«

»

Dec 27

Print this Post

Personal Responsibility Versus the Myth of Litigiousness in America

Share |

Time and time again you hear it “The USA  is the most litigious society in the world”.    The claim is that we Americans sue one another far more than any other country.  Or, we are just “sue happy.”  This is a BIG LIE.  The evidence shows is just not true. For example,  studies show “Only 10 percent of injured Americans ever file a claim for compensation, which includes informal demands and insurance claims.  Only two percent file lawsuits. ”  And “[a]cademics generally concede there is no evidence that “frivolous” lawsuits are a problem.”

Personal injury litigation for car accidents and other claims is about holding people personally responsible for their actions.  Our society accepts that basic value as a fundamental piece of the social contract.   It never fails that the people promoting the big lie of an overly litigious society are those who will benefit the most if they can escape personal responsibility for their negligence.

The use of this myth is  focused against personal injury (tort) cases but the reality is National Center for State Courts data shows that  “tort cases represented only 4.4 percent of all civil caseloads.

The reality is the court system balances out the playing field for all Americans and makes ure that those who cause harm are held personally responsible foe their actions that case an injury.  And that Americans are relatively ordinary in their willingness to utilize the Court system when compared to people in other countries.  That American use the court system in a manner consistent with other countries was recently reinforced by a book called  “Exploring Global Landscapes of Litigation”, (Baden-Banen: Nomos, 1998), in it author Christian Wollschlager notes that when reviewing the litigation rates per 1,000 people  the US is in the middle of the pack when it comes to litigation rates.  As described in a post,  in testimony before the House Judiciary Committee  Theodore Eisenberg, a Professor of Law at Cornell University explained  that Wollschlager found the following litigation rates:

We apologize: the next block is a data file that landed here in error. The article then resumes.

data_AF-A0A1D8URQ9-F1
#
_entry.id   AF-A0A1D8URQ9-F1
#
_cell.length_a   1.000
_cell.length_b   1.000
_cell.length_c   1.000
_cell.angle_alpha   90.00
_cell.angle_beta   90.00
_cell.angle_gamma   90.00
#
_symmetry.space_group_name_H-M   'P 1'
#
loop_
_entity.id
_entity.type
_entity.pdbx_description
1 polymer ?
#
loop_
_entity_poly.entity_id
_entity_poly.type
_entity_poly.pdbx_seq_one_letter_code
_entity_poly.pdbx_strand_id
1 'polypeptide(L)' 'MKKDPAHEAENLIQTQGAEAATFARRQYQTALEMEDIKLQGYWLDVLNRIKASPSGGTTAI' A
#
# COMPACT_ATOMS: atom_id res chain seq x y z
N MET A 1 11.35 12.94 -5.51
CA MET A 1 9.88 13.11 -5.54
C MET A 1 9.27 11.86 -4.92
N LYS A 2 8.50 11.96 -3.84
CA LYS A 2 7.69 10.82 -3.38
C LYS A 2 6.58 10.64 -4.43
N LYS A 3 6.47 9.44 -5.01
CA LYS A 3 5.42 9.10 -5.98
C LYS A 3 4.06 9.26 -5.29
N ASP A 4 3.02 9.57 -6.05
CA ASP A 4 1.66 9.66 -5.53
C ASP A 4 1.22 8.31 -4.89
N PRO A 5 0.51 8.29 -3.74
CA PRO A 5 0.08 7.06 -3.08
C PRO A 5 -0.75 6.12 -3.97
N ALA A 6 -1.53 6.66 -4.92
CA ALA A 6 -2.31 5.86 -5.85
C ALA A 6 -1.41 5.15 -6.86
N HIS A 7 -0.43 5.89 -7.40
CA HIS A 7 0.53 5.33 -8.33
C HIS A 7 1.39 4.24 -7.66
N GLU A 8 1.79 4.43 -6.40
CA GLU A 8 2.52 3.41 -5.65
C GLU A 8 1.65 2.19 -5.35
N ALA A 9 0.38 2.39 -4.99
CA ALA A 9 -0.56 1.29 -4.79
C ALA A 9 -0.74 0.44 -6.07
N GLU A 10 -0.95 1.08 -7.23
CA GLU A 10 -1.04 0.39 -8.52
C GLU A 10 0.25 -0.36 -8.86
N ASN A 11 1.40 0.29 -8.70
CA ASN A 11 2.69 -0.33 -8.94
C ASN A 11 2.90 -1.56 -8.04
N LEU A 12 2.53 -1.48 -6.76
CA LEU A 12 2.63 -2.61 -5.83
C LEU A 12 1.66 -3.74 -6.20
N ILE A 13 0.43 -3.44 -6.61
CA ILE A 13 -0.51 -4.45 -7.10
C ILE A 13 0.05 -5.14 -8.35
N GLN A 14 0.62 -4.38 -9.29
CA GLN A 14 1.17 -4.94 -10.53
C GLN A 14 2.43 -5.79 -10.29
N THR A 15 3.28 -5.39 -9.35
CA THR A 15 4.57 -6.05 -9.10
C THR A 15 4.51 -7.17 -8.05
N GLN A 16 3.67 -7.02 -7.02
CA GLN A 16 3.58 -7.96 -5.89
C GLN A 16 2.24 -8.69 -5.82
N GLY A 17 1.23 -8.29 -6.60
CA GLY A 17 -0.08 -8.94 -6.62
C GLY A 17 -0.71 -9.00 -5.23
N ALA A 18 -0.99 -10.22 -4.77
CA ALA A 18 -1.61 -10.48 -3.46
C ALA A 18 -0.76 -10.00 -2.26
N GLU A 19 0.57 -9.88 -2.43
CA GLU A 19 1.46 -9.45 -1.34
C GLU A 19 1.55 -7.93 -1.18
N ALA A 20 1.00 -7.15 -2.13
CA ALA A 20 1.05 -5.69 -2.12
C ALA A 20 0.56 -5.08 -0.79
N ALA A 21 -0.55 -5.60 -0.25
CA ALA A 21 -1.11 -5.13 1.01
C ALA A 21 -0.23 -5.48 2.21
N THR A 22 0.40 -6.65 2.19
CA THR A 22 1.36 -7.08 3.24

Country Cases per 1,000 Population

• Germany 123.2
• Sweden 111.2
• Israel 96.8
• Austria 95.9
• U.S.A. 74.5
• UK/England & Wales 64.4
• Denmark 62.5
• Hungary 52.4
• Portugal 40.7
• France 40.3

Christian Wollschlager, Exploring Global Landscapes of Litigation Rates, in Soziologie des Rechts: Festschrift fur Erhard Blankenburg zum 60. Geburtstag 587-88 (Jurgen Brand and Dieter Strempel eds., 1998).

Similarly, other US scholars have found

American judges seem to handle routine contract and tort disputes as well as their peers in other wealthy countries.   Americans do not file an unusually high number of law suits.  They do not employ large numbers of judges or lawyers.  They do not pay more  to enforce contracts.  And they do not pay unusually high prices for insurance against routine torts.

Are Americans More Litigious? Some Quantitative Evidence by J. Mark Ramseyer & Eric B. Rasmusen (2010).

The actual evidence shows Americans are not unusual in their use of the courts to enforce their rights and make sure that bad actors are held personally responsible for their actions.   Don’t let the insurance company propaganda that filing a claim is somehow wrong taint our history of making sure that companies and people who do wrong are held responsible for those wrongs.  If you have any injury issues in Idaho call us for a free consultation about your rights.  We represent people all across the state.

 

Permanent link to this article: http://holzeredwardsinjurylawyers.com/2011/12/personal-responsibility-versus-the-myth-of-litigiousness-in-america/

2 comments

  1. Almeta Headrick

    Very interesting info!Perfect just what I was looking for!

  2. amber witterholt

    This is what I needed for my assignment for my paralegal class. Thank you.

Leave a Reply

Your email address will not be published. Required fields are marked *

You may use these HTML tags and attributes: <a href="" title=""> <abbr title=""> <acronym title=""> <b> <blockquote cite=""> <cite> <code> <del datetime=""> <em> <i> <q cite=""> <s> <strike> <strong>